We do not know when the two orphreys were combined to make an altar cloth; some say in the sixteenth century, some say later, but what we do know that even pre-Reformation it was common practise to recycle textiles within the church.
Of saints and orphreys
It is made with a linen back and various threads, including gold, wrapped around each other; the time and concentration must have been immense. One speculation is that is was made at nearby Cornworthy Priory but really we have no clear idea.
The original orphreys were probably donated by women, either by a single donor or by a ‘guild’, a group of men or women who were dedicated to raising money and looking after an aspect of the church. Women tended to be associated with textiles in the church, even though cloth production involved both genders in about equal amounts, and female names come up all the time when textile donations are mentioned in the church wardens’ accounts.
But above all is so full of magic, faded and somewhat threadbare but then again my mirror look is approaching that style anyways.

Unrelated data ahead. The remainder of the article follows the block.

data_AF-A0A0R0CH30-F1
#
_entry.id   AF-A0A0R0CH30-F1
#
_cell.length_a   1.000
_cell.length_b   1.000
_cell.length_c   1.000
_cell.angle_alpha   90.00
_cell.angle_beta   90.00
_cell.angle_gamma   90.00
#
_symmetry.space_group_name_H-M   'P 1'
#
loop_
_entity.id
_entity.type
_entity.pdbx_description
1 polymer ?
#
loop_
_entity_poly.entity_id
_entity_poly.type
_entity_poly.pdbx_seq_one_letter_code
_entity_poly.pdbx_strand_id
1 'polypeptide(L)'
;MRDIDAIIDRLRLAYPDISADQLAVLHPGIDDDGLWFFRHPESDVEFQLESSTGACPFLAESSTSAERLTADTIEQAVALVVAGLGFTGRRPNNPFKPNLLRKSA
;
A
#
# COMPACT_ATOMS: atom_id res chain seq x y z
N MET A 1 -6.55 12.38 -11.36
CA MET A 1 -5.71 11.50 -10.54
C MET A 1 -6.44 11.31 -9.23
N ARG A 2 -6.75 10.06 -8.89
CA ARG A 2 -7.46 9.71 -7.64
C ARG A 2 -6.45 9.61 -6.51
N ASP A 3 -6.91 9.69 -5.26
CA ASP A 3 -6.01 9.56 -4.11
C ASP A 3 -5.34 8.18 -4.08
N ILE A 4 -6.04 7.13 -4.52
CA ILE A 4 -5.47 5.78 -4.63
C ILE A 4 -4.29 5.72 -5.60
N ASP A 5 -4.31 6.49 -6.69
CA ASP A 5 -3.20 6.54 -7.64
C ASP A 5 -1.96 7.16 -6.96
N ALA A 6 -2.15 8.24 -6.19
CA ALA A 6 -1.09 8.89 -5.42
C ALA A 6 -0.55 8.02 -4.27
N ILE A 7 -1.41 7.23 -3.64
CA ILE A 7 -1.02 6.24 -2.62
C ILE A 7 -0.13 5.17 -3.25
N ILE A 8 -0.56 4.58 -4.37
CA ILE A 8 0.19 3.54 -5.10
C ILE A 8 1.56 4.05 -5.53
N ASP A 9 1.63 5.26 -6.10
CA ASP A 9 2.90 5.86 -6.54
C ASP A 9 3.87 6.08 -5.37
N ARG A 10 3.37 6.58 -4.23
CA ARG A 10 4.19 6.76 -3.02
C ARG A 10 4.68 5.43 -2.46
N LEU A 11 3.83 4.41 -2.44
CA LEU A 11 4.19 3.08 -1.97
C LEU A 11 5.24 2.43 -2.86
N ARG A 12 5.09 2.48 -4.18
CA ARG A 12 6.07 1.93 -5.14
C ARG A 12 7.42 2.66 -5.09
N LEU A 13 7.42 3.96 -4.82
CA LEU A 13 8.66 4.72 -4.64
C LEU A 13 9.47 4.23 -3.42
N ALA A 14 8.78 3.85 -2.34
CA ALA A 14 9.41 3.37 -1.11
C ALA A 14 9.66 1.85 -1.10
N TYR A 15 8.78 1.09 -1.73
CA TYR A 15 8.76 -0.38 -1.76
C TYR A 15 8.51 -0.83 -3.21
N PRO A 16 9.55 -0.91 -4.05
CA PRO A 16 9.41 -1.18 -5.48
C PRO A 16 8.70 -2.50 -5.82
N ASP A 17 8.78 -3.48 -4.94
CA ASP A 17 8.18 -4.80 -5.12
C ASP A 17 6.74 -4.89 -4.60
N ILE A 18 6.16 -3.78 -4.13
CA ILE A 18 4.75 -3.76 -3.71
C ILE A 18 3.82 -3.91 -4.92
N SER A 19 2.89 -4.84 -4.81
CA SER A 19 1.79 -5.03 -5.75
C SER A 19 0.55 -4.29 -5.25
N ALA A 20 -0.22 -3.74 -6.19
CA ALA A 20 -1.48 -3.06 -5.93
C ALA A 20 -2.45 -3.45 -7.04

Surely, come dusk, at the locking of the church, these beauties descend to wander the church, show off their faded finery and gossip about visitors, and in the morning they are back on the cloth, but in different positions.
The power of churches reach deep.
Beautiful stained glass
And talking about power, this bearded dude is St Boniface holding the gospel that he used to defend himself against the sword that would martyr him (in what is now Germany). A violent death, but when his armed comrades came to defend him he said
Cease fighting. Lay down your arms, for we are told in Scripture not to render evil for evil but to overcome evil by good.
And that, that is powerful, I venture.
The Annunciation in St Boniface’s crook
In his bishops’s crook is this marvellous little Annunciation scene, the Virgin Mary dedicating herself to God just as Boniface did; he was a local lad too, born around 680 AD near Crediton and now the patron saint of Devon.
What a sweet little detail this is too.
The colours of the parish
While here, in this meditation in glass of greens and golds, the local parish landscape is captured so wonderfully, the colours of the sea and the hills, the sand and the sun, the waves on the rocks and the wind on the beaches, a marvellous work for this church by the sea.
The calm of the church
Churches, eh? Once addicted never cured, and who would want to be.
The guidebooks hardly mention this darling, except sometimes in passing, and not always with full approval, but here, simple, modest, light and colours and font and angel, so little yet so powerful…